What is a Pedicure?
Feet have a lot to put up with: carrying us around for the thousands of miles we travel in a lifetime, the weight (and sometimes overweight they have to support), the standing, running, queuing jumping, balancing, generally ignored, and for most of the year stuffed into socks, tights, shoes, boots and airless wellingtons. Pedicure is a holiday for hardworking feet.
What a manicure does for the hands, so a pedicure does for the feet. The word Pedicure comes from the Latin words ‘pedis’ and ‘cura’, together meaning ‘care of the foot’.
Performed by a skilled professional , regular pedicure keeps nails tidy and improves their appearance; the skin is treated and high quality products are used to promote natural strength and healthy growth of the nails. Although it is basically a beauty treatment for the feet, a pedicure can have many beneficial effects on the physical health of the feet. A pedicurist removes dead skin, softens hard skin and shapes and treats toenails, and also massages the feet and lower leg with softening ils and creams.
Good footcare, undertaken on a regular basis, can also prevent foot problems such as ingrown toenails, cracked heels and callouses. And, especially when combined with massage, hot stones, a herbal or aromatic rub or a soak in scented oils, it can enable you to walk more comfortably and feel relaxed all over.
What to expect
A pedicure is a luxury treatment, so it’s worth getting the best from it. Give yourself time to enjoy the experience and get the full benefit. BABAC recommend that before you start any treatment you should check that the therapist is both qualified and insured.
A pedicure often begins with a foot bath or spa, where your feet are soaked and cleansed in fragrant warm water in a foot-bath. Some salons may offer a foot bath with bubbling water, like a mini-Jacuzzi for your feet.
To soften and refresh your feet, they will be massaged with foot creams or oils. You may be given the chance to choose the fragrance you like. Some pedicurists have additional training in reflexology or acupressure techniques to give you a fully relaxing experience. Many other additional treatments can be offered as extras, for instance: mud packs or seaweed wraps, or the use of hot stones, or ‘hot bootees’. The special healing oils of aromatherapy may also be employed.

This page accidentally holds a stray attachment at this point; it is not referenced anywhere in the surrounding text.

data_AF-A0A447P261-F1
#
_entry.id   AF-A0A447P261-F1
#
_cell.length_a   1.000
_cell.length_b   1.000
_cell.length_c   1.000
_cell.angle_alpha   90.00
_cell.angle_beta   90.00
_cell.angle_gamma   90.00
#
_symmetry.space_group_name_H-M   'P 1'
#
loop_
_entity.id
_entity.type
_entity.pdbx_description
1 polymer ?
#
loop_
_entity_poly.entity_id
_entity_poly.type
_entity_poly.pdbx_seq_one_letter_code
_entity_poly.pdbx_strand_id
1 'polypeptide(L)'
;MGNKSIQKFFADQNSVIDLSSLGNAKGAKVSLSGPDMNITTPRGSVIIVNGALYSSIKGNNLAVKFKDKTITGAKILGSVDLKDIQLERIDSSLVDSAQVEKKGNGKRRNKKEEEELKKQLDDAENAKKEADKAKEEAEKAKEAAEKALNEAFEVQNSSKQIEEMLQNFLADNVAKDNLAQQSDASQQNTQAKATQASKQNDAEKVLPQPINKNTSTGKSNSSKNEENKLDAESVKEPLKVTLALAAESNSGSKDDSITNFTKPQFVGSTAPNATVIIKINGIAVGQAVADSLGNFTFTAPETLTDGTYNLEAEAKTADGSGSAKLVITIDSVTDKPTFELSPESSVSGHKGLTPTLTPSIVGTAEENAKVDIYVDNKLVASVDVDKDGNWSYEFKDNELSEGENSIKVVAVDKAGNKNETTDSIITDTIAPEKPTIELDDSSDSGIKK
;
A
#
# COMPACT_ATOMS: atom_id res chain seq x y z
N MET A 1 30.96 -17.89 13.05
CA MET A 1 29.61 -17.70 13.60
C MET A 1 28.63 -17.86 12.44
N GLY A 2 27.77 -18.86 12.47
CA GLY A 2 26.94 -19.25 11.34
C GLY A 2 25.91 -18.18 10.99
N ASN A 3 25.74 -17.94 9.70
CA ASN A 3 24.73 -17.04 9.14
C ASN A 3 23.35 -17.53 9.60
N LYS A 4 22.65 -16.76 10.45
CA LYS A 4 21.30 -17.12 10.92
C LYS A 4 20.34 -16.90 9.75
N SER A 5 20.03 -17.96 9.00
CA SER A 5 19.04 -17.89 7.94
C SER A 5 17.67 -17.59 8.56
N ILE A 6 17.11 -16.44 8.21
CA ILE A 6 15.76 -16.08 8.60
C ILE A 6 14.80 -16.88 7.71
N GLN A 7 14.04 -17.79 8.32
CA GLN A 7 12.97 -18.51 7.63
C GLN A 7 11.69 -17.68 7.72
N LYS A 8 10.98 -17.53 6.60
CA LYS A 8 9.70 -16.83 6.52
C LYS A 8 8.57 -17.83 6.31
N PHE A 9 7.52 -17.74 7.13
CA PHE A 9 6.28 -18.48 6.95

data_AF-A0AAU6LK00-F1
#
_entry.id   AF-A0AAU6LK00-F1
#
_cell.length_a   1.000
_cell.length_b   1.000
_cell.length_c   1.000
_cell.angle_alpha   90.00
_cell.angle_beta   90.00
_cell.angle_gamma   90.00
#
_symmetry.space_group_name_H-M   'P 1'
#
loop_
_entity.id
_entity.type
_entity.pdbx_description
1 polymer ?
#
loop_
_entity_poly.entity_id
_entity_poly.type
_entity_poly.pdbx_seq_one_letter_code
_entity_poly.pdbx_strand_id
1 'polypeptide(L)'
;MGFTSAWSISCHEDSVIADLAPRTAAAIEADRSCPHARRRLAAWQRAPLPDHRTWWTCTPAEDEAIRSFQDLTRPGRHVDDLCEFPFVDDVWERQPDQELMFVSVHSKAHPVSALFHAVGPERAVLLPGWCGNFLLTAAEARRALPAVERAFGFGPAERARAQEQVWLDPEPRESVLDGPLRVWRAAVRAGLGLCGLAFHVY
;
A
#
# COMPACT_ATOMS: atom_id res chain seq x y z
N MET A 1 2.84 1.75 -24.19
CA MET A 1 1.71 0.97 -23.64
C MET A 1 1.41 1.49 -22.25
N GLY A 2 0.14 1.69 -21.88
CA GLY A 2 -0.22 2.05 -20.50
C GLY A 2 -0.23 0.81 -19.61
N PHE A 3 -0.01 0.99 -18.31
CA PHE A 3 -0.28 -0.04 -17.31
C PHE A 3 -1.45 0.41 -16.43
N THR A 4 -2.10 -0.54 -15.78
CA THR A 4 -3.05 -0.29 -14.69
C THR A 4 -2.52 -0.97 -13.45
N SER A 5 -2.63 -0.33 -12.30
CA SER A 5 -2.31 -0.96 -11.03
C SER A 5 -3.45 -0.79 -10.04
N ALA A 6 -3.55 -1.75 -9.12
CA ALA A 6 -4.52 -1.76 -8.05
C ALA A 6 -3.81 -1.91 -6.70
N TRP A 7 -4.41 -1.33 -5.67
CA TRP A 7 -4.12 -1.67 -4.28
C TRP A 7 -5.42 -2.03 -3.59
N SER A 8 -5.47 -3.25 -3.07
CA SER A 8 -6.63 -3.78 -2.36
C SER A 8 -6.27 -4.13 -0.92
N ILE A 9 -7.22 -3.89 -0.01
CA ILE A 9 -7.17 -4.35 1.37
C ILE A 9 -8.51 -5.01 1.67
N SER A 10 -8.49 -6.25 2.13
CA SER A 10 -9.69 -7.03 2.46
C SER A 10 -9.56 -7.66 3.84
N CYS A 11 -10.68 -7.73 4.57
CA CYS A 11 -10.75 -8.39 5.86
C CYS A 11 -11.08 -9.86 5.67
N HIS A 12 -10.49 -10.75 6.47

To exfoliate your feet, they may be scrubbed with a rough pumice stone or with salts or minerals to get rid of the dead skin. Attention will be given to your cuticles, so that the loose skin is removed (this little job can also be done by Garra Rufa fish which nibble at cuticles while your feet are immersed in their tank, see Fascinating Facts, right).
Once your toenails have been softened with creams or oils they will be cut and shaped. Your pedicure will usually close with a massage of your feet and lower legs and possibly another soak in the foot bath before a good quality polish is applied to your nails.
Nowadays a pedicure service can extend beyond just the foot, to leg care below the knee. Leg care can include either shaving or waxing or other typing of depilation, followed by the application of moisturizer, and finally a brief lower leg massage.
If you go for the full beauty option, you will be offered a wide selection of professional quality nail polish for your toenails. It’s worth noting that these pedicure-standard varnishes take longer to dry completely (up to 12 hours) so you would do well to take flip-flops or sandals that don’t cover your toes.
Effects and Benefits
Regular attention to the feet which involves cleansing, moisturizing and massaging can keep them healthy and provide a general sense of well-being. Skilled attention to the nails also has many benefits. When the nails of the feet are properly trimmed (straight across the top), this can prevent the edges turning over and becoming “ingrown” (a painful condition, which if left unattended can require surgical correction or removal of the nail). A pedicure can therefore be considered a preventative health process, helping to avoid nail diseases or disorders (such as fungus or infection). And if they are in an early stage, a trained eye spotting the onset can advise early treatment.
Pedicures are not restricted to the nails; often hard skin forms on the heels or base of the toes. This condition can be treated during a pedicure with a rough stone called a pumice stone (that comes from volcanic rock). Regular rubbing of dead skin cells prevents a build-up of hard patches.
Another benefit of pedicure is the observation of change in the feet. For instance, if you have Diabetes, that condition may affect your feet in a number of ways. One of the early changes can be loss of sensation in your feet, often starting at the toes. This is known as peripheral neuropathy. And the danger is that you may unknowingly damage your feet by stepping on sharp objects, piercing the skin even down to the bone without realising. If unnoticed and not treated appropriately this can have potentially serious consequences. Periodic medical checks with a podiatrist are recommended, but regular attention to the feet by way of a therapeutic pedicure can keep feet in the best condition.